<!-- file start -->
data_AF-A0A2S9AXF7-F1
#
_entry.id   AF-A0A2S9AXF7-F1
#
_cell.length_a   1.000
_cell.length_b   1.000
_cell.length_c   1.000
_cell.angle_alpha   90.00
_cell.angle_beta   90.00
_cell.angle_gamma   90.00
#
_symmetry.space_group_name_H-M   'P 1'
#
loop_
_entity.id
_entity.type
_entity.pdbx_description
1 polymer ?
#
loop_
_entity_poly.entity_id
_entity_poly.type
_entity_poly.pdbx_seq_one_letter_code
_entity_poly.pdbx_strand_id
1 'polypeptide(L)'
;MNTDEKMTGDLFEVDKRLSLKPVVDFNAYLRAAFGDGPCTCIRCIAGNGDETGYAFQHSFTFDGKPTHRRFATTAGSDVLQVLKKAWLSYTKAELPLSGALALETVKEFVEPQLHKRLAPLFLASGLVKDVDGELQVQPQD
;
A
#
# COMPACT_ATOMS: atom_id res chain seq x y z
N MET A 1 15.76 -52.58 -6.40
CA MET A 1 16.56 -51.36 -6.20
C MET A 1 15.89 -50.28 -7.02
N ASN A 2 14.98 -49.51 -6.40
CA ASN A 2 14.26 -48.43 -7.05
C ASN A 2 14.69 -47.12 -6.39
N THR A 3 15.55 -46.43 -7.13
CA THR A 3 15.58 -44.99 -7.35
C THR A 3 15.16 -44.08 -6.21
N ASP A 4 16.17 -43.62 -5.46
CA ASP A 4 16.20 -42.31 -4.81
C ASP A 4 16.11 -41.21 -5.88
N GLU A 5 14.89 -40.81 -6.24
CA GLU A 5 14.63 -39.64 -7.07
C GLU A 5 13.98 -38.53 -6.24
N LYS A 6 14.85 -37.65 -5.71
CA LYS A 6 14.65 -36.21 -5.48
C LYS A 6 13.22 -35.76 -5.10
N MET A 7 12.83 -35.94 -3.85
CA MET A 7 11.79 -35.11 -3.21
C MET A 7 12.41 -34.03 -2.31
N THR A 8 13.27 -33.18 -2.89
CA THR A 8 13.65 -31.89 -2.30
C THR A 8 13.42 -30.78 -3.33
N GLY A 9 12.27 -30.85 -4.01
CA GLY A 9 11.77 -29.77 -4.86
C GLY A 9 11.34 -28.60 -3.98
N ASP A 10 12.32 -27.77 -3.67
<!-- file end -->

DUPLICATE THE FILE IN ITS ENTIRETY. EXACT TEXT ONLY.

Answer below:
data_AF-A0A2S9AXF7-F1
#
_entry.id   AF-A0A2S9AXF7-F1
#
_cell.length_a   1.000
_cell.length_b   1.000
_cell.length_c   1.000
_cell.angle_alpha   90.00
_cell.angle_beta   90.00
_cell.angle_gamma   90.00
#
_symmetry.space_group_name_H-M   'P 1'
#
loop_
_entity.id
_entity.type
_entity.pdbx_description
1 polymer ?
#
loop_
_entity_poly.entity_id
_entity_poly.type
_entity_poly.pdbx_seq_one_letter_code
_entity_poly.pdbx_strand_id
1 'polypeptide(L)'
;MNTDEKMTGDLFEVDKRLSLKPVVDFNAYLRAAFGDGPCTCIRCIAGNGDETGYAFQHSFTFDGKPTHRRFATTAGSDVLQVLKKAWLSYTKAELPLSGALALETVKEFVEPQLHKRLAPLFLASGLVKDVDGELQVQPQD
;
A
#
# COMPACT_ATOMS: atom_id res chain seq x y z
N MET A 1 15.76 -52.58 -6.40
CA MET A 1 16.56 -51.36 -6.20
C MET A 1 15.89 -50.28 -7.02
N ASN A 2 14.98 -49.51 -6.40
CA ASN A 2 14.26 -48.43 -7.05
C ASN A 2 14.69 -47.12 -6.39
N THR A 3 15.55 -46.43 -7.13
CA THR A 3 15.58 -44.99 -7.35
C THR A 3 15.16 -44.08 -6.21
N ASP A 4 16.17 -43.62 -5.46
CA ASP A 4 16.20 -42.31 -4.81
C ASP A 4 16.11 -41.21 -5.88
N GLU A 5 14.89 -40.81 -6.24
CA GLU A 5 14.63 -39.64 -7.07
C GLU A 5 13.98 -38.53 -6.24
N LYS A 6 14.85 -37.65 -5.71
CA LYS A 6 14.65 -36.21 -5.48
C LYS A 6 13.22 -35.76 -5.10
N MET A 7 12.83 -35.94 -3.85
CA MET A 7 11.79 -35.11 -3.21
C MET A 7 12.41 -34.03 -2.31
N THR A 8 13.27 -33.18 -2.89
CA THR A 8 13.65 -31.89 -2.30
C THR A 8 13.42 -30.78 -3.33
N GLY A 9 12.27 -30.85 -4.01
CA GLY A 9 11.77 -29.77 -4.86
C GLY A 9 11.34 -28.60 -3.98
N ASP A 10 12.32 -27.77 -3.67